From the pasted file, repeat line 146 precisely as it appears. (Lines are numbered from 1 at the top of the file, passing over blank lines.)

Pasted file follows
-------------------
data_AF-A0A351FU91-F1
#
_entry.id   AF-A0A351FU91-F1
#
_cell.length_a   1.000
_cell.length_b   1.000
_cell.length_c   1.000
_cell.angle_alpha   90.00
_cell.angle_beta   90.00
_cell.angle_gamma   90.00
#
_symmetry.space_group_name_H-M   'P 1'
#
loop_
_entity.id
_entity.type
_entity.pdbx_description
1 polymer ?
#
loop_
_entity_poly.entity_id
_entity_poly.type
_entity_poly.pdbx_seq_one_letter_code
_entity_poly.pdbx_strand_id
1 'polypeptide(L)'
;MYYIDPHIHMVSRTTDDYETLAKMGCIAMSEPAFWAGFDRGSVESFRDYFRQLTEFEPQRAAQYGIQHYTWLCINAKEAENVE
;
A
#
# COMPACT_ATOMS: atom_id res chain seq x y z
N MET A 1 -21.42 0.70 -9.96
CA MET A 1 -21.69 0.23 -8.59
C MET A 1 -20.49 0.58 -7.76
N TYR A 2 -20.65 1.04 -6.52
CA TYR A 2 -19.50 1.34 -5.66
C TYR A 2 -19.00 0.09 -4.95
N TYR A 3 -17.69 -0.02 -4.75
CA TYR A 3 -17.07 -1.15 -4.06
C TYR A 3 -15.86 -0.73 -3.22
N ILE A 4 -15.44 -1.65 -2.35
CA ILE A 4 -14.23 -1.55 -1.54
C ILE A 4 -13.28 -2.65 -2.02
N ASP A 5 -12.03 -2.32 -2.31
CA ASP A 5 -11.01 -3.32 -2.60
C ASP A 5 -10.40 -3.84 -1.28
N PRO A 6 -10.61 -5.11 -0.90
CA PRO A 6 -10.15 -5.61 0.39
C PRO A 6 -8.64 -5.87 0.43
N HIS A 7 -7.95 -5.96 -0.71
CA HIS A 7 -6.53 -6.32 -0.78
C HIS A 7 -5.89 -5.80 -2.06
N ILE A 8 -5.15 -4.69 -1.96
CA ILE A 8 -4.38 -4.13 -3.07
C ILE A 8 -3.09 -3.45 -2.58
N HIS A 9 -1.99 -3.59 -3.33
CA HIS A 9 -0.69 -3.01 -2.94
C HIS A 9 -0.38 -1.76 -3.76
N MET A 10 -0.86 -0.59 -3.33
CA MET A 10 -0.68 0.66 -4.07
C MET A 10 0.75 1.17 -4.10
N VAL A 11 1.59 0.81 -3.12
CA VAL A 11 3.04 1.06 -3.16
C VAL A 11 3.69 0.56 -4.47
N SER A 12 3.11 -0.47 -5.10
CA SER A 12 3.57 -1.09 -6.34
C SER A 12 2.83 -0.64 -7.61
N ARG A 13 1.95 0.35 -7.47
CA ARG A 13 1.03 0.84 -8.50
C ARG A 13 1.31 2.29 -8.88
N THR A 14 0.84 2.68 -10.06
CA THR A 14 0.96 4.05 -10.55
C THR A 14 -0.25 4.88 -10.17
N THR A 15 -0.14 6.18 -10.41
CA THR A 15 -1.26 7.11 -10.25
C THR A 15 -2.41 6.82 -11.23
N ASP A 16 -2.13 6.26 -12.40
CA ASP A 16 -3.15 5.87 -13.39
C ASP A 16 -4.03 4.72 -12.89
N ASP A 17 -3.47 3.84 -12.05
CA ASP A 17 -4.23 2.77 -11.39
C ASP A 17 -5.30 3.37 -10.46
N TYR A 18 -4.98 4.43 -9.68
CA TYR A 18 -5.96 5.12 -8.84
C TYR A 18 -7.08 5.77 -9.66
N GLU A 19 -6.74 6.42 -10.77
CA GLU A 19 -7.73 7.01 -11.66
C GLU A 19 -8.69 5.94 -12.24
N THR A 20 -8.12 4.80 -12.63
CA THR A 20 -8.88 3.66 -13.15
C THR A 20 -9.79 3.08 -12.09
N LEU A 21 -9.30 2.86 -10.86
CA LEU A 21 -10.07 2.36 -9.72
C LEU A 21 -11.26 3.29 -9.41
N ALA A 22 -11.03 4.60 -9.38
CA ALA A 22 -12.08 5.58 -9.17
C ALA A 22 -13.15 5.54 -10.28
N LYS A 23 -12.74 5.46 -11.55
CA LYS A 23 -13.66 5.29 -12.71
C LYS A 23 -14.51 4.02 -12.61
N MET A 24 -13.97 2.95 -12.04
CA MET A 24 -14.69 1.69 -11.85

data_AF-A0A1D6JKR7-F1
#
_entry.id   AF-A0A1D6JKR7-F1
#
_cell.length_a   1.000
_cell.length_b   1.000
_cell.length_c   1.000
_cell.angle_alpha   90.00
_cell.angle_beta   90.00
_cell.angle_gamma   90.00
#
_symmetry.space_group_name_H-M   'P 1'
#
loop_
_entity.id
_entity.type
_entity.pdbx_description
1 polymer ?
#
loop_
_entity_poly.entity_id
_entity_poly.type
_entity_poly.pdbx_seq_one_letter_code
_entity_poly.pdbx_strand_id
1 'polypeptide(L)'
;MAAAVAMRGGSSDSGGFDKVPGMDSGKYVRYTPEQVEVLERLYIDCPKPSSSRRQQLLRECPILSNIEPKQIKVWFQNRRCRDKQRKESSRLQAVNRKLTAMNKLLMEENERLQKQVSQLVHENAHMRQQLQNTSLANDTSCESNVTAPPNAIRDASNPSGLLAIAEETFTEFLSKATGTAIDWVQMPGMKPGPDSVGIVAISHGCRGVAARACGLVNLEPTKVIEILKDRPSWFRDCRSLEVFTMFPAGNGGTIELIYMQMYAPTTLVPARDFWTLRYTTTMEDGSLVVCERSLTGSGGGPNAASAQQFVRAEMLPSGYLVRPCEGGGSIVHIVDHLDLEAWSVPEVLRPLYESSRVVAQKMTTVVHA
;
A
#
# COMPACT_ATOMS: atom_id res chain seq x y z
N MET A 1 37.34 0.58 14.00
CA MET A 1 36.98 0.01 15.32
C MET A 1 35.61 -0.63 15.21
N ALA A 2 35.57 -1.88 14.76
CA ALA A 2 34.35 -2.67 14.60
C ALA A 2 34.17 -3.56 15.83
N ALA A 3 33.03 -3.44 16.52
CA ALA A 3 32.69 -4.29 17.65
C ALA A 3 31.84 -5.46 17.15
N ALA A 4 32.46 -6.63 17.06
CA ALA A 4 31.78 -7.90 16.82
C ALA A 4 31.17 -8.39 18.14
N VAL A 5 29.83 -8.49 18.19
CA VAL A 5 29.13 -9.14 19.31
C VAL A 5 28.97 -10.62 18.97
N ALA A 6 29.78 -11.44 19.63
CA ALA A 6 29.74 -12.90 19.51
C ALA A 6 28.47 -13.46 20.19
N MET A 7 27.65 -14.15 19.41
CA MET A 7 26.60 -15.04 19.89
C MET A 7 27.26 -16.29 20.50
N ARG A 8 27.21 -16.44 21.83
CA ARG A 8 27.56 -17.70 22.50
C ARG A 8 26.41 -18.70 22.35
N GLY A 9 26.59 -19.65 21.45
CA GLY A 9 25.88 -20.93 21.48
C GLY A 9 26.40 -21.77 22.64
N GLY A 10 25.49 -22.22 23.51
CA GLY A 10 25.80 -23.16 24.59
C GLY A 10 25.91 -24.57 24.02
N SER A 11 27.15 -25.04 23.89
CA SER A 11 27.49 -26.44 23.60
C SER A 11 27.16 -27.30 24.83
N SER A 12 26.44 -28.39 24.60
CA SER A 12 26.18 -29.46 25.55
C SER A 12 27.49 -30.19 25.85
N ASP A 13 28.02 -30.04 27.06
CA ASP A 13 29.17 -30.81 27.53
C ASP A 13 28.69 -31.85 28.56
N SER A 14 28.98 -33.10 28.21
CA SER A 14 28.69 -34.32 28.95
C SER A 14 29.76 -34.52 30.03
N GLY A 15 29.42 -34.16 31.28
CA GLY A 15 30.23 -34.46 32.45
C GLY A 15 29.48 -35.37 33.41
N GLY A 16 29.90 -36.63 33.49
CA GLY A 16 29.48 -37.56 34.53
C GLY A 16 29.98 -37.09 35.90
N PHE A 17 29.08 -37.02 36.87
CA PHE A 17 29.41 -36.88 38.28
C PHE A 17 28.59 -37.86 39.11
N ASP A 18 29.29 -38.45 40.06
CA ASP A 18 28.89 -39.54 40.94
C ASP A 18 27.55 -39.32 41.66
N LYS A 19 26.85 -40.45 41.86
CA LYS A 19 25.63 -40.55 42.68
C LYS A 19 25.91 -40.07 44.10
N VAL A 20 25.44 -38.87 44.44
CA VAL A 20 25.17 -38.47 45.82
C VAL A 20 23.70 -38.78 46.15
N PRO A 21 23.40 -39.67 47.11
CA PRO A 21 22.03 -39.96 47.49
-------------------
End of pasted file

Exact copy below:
C VAL A 5 28.97 -10.62 18.97